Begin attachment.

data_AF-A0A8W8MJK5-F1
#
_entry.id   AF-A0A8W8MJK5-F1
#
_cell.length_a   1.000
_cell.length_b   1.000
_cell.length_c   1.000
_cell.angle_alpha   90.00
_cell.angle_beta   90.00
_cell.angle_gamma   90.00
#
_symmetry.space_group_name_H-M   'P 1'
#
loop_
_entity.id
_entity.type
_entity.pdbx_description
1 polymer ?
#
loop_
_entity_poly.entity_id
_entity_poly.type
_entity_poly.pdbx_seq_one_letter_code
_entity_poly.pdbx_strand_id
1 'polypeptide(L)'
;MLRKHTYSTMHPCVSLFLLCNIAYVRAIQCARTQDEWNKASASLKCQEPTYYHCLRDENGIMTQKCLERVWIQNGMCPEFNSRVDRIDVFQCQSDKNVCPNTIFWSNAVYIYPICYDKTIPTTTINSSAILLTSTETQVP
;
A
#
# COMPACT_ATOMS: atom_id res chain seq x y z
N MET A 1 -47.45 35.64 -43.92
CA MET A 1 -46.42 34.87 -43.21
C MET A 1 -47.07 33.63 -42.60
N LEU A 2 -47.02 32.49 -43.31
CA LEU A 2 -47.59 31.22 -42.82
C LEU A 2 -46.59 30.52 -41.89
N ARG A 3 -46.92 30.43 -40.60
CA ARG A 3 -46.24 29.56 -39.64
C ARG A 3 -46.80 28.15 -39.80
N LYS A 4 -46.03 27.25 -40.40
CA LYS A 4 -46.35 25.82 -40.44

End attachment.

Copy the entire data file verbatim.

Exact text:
data_AF-A0A8W8MJK5-F1
#
_entry.id   AF-A0A8W8MJK5-F1
#
_cell.length_a   1.000
_cell.length_b   1.000
_cell.length_c   1.000
_cell.angle_alpha   90.00
_cell.angle_beta   90.00
_cell.angle_gamma   90.00
#
_symmetry.space_group_name_H-M   'P 1'
#
loop_
_entity.id
_entity.type
_entity.pdbx_description
1 polymer ?
#
loop_
_entity_poly.entity_id
_entity_poly.type
_entity_poly.pdbx_seq_one_letter_code
_entity_poly.pdbx_strand_id
1 'polypeptide(L)'
;MLRKHTYSTMHPCVSLFLLCNIAYVRAIQCARTQDEWNKASASLKCQEPTYYHCLRDENGIMTQKCLERVWIQNGMCPEFNSRVDRIDVFQCQSDKNVCPNTIFWSNAVYIYPICYDKTIPTTTINSSAILLTSTETQVP
;
A
#
# COMPACT_ATOMS: atom_id res chain seq x y z
N MET A 1 -47.45 35.64 -43.92
CA MET A 1 -46.42 34.87 -43.21
C MET A 1 -47.07 33.63 -42.60
N LEU A 2 -47.02 32.49 -43.31
CA LEU A 2 -47.59 31.22 -42.82
C LEU A 2 -46.59 30.52 -41.89
N ARG A 3 -46.92 30.43 -40.60
CA ARG A 3 -46.24 29.56 -39.64
C ARG A 3 -46.80 28.15 -39.80
N LYS A 4 -46.03 27.25 -40.40
CA LYS A 4 -46.35 25.82 -40.44